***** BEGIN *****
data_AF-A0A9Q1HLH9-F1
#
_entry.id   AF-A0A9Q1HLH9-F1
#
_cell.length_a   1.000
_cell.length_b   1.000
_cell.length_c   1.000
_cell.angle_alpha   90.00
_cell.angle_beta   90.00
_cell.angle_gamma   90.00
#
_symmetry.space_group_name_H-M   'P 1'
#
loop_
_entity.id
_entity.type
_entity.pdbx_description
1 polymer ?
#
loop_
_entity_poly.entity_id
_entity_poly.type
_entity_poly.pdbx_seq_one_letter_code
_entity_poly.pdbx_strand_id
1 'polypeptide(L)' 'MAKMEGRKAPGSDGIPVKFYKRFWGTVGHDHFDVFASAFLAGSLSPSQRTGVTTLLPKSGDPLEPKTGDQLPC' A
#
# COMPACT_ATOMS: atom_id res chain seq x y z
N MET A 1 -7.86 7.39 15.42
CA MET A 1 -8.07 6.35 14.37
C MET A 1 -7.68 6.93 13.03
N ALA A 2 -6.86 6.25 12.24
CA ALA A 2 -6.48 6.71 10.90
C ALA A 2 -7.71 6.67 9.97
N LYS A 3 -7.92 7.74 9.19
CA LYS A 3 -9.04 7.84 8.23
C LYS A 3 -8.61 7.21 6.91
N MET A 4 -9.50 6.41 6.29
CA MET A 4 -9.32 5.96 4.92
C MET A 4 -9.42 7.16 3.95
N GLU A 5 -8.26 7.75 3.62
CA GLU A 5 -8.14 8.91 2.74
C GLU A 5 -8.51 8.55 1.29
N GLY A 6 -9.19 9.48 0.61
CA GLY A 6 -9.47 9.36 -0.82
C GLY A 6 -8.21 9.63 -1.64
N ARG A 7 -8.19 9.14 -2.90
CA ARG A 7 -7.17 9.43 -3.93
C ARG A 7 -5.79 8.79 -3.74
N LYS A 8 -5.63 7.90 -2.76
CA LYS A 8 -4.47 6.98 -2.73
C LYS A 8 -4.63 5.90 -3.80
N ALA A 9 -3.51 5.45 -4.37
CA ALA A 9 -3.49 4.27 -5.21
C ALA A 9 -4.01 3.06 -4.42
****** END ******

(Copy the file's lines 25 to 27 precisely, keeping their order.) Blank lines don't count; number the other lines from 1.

1 'polypeptide(L)' 'MAKMEGRKAPGSDGIPVKFYKRFWGTVGHDHFDVFASAFLAGSLSPSQRTGVTTLLPKSGDPLEPKTGDQLPC' A
#
# COMPACT_ATOMS: atom_id res chain seq x y z